Four military chaplains mutually bound by the oath of office and a strong faith, Army Lts. George Fox, Alexander Goode, Clark Poling and John Washington had all met at the Army chaplain school, which was housed at Harvard University during World War II. Fox was a Methodist minister, Goode was a rabbi, Poling was a Catholic priest, and Washington was a Reformed Church of America minister. They were friends and were nicknamed “The God Squad.” By all accounts, they were well liked. 

All four of them were also on board the troop transport ship USAT Dorchester en route to various assignments in the European theater of World War II when their ship was attacked by a German U-boat in the North Atlantic and sank quickly. The ship was equipped with an inadequate supply of life jackets, so they calmly and uniformly gave up their own to other soldiers and helped them board lifeboats. In an attempt to succor the remaining crew left aboard, witnesses say the four chaplains joined arms, sang hymns and prayed as the ship sank underwater.

At the time, their story was a model of interfaith cooperation and a shining testament to the American religious experience. A war bond campaign was launched and inspired a country to give – as a posthumous tribute to these men and the unusual story of their bonding and mutual sacrifice. The story has motivated subsequent generations of military chaplains who strive to support the voluntary free exercise of religion, model interfaith cooperation and help others keep “faith” – regardless of their specific religious beliefs.

But, at a February 3 event the Navy Memorial co-hosted with the Library of Congress’ Veterans History Project, Vietnam veteran and retired military chaplain Rabbi Arnold Resnicoff asserts that the story of the Four Chaplains is not as well known among the ranks of the military – nor is it often taught in history classes. “I think more organizations – both religious and secular – should consider joining together for special programs on February 3 – ‘Four Chaplains Day,’ using it as a day to honor all chaplains: military, police, prison, hospital, campus, etc. – all chaplains who regularly work in areas of interfaith cooperation. Today, when it is so easy to find stories of religious hostility and hatred, it is more important than ever to tell stories like this one.”

The Library of Congress is hosting two more commemorative events – one on February 15 with retired military chaplains and one on February 16 with military chaplains serving today.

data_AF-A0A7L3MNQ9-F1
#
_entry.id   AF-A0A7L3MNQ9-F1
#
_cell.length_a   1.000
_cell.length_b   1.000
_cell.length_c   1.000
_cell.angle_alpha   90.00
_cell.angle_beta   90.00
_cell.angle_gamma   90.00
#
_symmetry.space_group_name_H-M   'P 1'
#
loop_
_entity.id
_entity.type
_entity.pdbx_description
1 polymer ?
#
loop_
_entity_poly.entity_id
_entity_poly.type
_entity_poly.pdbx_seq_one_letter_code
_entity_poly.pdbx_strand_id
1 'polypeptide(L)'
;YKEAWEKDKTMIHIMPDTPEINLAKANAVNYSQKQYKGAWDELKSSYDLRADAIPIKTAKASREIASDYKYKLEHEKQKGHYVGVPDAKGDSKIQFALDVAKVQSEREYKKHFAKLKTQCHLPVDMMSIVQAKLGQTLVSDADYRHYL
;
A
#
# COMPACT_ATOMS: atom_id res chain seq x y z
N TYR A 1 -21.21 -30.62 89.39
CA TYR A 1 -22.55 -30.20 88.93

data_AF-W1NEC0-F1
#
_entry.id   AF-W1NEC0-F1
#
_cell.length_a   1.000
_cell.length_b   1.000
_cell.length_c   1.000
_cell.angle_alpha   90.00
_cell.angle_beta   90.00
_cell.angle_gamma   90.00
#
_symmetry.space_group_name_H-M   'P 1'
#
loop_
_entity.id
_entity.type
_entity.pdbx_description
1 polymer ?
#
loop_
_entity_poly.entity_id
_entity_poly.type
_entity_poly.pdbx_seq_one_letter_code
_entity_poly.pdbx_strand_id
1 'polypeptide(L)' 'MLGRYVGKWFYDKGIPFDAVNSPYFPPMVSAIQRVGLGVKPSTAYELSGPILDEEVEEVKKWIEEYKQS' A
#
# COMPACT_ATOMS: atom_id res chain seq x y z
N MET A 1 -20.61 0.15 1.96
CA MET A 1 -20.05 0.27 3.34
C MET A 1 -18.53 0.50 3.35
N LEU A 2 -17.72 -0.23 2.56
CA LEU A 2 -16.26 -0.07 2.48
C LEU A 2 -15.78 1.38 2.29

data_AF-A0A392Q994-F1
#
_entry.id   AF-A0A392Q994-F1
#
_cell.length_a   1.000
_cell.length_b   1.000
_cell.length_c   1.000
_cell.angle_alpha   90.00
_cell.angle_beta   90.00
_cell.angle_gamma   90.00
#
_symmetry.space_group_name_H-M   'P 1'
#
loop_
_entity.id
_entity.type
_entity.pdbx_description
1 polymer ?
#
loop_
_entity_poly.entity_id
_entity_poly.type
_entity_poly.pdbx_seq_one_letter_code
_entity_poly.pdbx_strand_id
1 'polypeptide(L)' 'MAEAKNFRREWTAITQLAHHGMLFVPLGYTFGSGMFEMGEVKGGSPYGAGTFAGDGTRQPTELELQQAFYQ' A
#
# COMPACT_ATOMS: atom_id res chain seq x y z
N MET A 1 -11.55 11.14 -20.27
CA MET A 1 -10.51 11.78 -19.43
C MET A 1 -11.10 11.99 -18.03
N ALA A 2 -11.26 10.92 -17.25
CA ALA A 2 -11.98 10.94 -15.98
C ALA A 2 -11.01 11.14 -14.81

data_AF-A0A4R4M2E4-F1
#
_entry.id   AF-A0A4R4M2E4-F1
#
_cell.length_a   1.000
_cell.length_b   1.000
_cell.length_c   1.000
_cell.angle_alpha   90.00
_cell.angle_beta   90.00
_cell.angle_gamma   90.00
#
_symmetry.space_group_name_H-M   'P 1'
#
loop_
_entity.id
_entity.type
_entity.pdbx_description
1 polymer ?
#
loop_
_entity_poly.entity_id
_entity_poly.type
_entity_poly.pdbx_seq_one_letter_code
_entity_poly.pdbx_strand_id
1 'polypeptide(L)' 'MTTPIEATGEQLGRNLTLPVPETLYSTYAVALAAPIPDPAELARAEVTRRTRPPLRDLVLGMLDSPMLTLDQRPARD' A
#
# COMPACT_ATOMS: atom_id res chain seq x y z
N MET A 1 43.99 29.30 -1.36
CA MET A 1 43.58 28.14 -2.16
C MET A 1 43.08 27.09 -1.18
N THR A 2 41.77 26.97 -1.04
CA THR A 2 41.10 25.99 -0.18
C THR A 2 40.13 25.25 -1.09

Posted by The Bunny in History
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  • Ed Sloan

    There is a memorial to the Four Chaplains in the lobby of the State Supreme Court Building in Brooklyn, New York.

  • UltimaRatioReg

    Great post, Bunny.

    One of the Four Chaplains, Lieutenant George Fox, was Pastor of the Methodist Church right up the road from me in Union Village VT, and later in Gilman, VT. He was also the State American Legion historian between the wars.

    My little AL Post conducts a short memorial prayer for Lt Fox and his Harvard classmates every Memorial Day.

  • Mittleschmerz

    Excellent – thanks for sharing. Any one know if they cover this event at Chaplain School?

  • The four chaplains are memorialized at the Post Chapel at Carlisle Barracks, PA, home to the Army War College, and Military History Intsitute. They are immortalized in the stained glass window behind the altar.

    Indeed, their story is taught to the military–those who attend church, anyway.

  • Grey Goat

    Just a quibble:

    “Those chaplains were Lt. George L. Fox, Methodist; Lt. Alexander D. Goode, Jewish; Lt. John P. Washington, Roman Catholic; and Lt. Clark V. Poling, Dutch Reformed.”

    Chaplain Poling was the Pastor of the 1st Dutch Reformed Church in Schenectady, NY, which dates back to 1680.

  • Elise T.

    Hi Bunny-

    I read your post as I was doing some web work for the US Navy -thank you for sharing! The story of The Four Chaplains is a timeless story. Glad to see their heroism is being celebrated as well. I thought you and your readers might be interested in browsing through the Navy Chaplains Fan Page on Facebook. It’s a great place for chaplains to share their stories and those interested in chaplaincy to ask questions. In any case, I encourage you to visit! We’d love to hear from you!